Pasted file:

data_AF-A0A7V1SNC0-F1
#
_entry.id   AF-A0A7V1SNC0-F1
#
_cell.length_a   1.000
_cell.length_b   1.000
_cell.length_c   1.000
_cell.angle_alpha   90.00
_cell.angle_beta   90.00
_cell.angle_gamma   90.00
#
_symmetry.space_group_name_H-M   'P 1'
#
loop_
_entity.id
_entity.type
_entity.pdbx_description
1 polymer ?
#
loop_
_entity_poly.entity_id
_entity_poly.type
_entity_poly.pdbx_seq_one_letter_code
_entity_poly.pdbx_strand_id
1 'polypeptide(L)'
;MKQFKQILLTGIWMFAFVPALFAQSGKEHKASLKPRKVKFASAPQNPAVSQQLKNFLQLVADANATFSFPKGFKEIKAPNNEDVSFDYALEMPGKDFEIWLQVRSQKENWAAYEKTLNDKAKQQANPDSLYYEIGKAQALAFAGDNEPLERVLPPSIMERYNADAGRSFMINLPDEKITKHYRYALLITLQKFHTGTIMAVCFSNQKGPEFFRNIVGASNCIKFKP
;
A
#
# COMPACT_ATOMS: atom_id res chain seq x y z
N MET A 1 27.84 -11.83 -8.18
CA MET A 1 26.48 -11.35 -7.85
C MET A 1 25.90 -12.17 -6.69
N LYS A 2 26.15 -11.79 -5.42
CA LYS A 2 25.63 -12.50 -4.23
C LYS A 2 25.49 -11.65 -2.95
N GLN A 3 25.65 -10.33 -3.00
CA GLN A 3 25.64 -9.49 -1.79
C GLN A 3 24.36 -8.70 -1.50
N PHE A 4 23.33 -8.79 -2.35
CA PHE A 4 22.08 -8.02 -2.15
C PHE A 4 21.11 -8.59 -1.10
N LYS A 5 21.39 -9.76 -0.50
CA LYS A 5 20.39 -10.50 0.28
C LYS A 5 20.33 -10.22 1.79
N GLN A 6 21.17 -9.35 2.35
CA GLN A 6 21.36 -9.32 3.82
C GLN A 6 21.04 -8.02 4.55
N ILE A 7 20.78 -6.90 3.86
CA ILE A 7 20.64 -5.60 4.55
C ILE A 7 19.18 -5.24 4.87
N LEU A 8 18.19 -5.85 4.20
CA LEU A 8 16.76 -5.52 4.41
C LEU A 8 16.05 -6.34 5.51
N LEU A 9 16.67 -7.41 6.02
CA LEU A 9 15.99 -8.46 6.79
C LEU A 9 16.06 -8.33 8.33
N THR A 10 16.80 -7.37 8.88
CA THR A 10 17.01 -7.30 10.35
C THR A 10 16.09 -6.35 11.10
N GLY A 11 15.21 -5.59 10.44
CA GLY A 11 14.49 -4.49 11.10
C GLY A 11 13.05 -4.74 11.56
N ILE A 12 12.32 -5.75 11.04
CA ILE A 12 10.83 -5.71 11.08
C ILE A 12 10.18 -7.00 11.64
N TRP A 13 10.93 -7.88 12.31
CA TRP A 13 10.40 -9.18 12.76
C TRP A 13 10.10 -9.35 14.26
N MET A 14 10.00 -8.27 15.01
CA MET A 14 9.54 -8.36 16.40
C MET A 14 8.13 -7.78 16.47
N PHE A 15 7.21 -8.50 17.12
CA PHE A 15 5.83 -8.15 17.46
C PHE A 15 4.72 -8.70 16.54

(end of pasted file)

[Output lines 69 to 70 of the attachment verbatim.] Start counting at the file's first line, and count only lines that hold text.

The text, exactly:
C TRP A 13 10.10 -9.35 14.26
N MET A 14 10.00 -8.27 15.01